Film Screening: My Atomic Aunt


Once avid supporters of the local nuclear plant and its managers, Aunt Kuniko and her community are on the verge of being permanently excluded from their homes in the aftermath of the nuclear catastrophe.

Director Kyoko Miyake, having lived outside of Japan for more than a decade, feels compelled to revisit Fukushima. She wants to find out the fate of her family’s home-town Namie, which with its golden beaches and friendly neighbours used to be her childhood idyll.

Today, Namie is a shadow of its former self having been completely destroyed by the tsunami and, because of the threat of radiation from the nearby power plant, might never be rebuilt.

Following her aunt Kuniko, Miyake begins to question her nostalgic childhood memories and in so doing understand the harsh economic realities and sacrifices that her Aunt and the people of Namie had to make in order to survive.

Why aren’t the people who have ‘sacrificed’ and been through so much angrier at the officials? Are the western media right in depicting Japanese as being too obedient, or is there another explanation? The film unearths uncomfortable revelations from the past that prevents things from being so clear-cut. At the same time, aunt Kuniko slowly begins to change her attitude towards the state and its system – never losing her optimism and her positive outlook for long, but instead gaining a healthy scepticism for everything she’s being told.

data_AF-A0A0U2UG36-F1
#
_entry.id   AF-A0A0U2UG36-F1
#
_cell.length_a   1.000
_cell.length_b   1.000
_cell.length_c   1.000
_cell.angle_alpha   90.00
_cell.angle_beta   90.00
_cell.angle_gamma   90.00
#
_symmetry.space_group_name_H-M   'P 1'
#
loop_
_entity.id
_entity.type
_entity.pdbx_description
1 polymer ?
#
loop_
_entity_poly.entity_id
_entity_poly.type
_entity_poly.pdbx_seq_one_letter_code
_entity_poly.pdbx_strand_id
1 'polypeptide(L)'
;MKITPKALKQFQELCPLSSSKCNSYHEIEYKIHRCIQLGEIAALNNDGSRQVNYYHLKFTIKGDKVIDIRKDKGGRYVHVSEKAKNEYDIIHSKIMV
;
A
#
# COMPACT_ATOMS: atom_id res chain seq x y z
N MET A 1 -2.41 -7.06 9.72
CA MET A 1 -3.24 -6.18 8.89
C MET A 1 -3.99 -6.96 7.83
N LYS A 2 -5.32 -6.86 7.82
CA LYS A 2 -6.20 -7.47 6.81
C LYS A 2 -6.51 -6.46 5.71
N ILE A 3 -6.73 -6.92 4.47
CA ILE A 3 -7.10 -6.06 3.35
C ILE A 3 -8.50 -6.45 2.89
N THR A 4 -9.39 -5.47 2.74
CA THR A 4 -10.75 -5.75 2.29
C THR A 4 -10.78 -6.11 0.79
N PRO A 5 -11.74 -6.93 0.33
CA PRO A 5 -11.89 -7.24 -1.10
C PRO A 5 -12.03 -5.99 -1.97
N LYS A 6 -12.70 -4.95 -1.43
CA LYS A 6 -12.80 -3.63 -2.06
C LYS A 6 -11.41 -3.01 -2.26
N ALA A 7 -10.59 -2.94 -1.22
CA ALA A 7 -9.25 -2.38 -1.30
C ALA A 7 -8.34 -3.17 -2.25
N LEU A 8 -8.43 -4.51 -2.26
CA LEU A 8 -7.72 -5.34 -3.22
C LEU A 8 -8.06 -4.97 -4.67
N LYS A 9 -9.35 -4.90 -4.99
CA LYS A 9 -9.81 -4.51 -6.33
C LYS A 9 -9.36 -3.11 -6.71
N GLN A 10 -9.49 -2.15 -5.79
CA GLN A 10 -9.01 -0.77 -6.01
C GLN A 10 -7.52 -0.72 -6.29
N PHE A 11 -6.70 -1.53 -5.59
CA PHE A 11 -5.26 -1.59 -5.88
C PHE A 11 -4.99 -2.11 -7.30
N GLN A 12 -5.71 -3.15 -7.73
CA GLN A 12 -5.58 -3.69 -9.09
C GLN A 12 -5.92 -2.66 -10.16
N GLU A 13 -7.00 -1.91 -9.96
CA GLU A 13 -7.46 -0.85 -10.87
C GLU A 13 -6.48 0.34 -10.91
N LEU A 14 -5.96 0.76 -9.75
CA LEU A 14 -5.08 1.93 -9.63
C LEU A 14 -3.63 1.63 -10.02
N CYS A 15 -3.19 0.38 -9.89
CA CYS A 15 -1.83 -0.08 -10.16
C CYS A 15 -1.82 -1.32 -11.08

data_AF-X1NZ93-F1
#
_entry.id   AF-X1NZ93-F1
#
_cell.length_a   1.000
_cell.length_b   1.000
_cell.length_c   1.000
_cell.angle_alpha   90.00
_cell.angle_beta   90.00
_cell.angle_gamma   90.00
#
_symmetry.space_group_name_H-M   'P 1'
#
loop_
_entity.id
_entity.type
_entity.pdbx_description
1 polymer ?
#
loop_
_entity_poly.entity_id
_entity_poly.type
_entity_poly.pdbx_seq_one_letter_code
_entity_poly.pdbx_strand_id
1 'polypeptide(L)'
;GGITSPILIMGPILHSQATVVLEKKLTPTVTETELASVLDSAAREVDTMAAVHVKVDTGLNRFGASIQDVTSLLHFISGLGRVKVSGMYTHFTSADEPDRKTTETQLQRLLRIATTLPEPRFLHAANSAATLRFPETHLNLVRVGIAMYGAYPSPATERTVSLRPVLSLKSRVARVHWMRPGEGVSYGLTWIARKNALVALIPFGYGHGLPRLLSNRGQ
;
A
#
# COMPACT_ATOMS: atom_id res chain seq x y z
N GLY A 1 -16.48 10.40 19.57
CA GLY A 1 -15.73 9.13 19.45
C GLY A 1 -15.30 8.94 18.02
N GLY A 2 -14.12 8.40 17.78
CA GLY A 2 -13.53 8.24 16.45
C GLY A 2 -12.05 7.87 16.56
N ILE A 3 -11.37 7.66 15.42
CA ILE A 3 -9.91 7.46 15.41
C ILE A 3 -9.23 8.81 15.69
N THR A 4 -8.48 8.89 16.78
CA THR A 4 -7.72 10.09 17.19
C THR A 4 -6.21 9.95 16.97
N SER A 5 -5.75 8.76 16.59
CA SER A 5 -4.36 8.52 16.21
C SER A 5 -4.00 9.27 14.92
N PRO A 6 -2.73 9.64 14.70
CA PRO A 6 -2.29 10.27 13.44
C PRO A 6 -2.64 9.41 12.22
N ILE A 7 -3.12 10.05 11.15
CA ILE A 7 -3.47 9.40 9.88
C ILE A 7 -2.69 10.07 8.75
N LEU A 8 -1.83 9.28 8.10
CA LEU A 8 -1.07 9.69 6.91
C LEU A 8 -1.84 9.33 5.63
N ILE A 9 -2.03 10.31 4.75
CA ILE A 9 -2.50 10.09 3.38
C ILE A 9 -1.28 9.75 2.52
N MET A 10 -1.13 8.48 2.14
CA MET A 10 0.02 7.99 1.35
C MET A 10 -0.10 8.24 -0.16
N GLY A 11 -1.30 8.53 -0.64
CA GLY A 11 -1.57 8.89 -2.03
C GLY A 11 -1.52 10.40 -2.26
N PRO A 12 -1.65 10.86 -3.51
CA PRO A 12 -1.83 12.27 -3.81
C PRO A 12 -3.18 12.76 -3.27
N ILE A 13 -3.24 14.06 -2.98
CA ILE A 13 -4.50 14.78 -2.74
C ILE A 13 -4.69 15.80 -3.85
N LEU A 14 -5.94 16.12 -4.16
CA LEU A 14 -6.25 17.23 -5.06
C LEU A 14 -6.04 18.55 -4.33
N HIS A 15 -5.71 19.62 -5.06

Date: 20 November 2014, 6.30 – 8.00pm
Venue: Daiwa Foundation Japan House, 13 – 14 Cornwall Terrace, London NW1 4QP
Tel: 020 7486 4348
Organiser: The Daiwa Anglo-Japanese Foundation

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